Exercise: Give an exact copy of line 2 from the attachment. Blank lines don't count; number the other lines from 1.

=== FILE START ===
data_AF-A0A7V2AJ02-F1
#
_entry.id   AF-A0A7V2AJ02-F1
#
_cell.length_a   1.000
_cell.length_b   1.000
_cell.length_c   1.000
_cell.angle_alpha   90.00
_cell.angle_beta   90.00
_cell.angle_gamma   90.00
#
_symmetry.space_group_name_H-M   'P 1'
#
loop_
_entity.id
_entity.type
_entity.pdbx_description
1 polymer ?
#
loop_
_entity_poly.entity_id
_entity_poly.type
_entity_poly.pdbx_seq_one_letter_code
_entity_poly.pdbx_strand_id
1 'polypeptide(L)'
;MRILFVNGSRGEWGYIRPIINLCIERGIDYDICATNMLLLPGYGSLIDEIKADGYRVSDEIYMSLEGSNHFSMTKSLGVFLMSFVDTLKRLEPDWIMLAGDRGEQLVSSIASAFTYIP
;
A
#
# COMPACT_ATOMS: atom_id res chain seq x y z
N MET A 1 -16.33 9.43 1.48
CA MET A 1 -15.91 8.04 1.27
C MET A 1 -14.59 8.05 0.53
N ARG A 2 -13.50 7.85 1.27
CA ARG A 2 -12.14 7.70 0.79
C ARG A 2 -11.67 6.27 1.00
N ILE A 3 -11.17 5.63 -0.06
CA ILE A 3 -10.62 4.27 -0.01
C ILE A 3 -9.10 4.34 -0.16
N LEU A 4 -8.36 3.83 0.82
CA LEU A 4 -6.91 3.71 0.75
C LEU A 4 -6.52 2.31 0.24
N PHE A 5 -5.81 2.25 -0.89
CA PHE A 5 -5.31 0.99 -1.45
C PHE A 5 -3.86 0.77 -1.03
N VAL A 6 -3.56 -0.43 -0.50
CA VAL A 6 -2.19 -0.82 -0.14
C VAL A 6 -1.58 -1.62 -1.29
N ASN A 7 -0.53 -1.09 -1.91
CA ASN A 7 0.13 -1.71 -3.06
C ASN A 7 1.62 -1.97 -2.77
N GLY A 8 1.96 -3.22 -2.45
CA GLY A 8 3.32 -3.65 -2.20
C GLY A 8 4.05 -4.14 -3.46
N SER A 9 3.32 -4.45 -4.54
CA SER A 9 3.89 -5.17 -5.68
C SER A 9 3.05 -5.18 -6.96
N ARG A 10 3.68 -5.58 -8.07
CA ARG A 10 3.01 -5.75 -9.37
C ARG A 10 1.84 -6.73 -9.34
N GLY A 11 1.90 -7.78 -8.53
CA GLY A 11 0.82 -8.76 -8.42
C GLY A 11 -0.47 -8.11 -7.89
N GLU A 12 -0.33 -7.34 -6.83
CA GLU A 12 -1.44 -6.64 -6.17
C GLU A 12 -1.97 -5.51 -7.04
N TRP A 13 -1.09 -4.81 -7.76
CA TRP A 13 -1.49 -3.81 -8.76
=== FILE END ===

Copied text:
#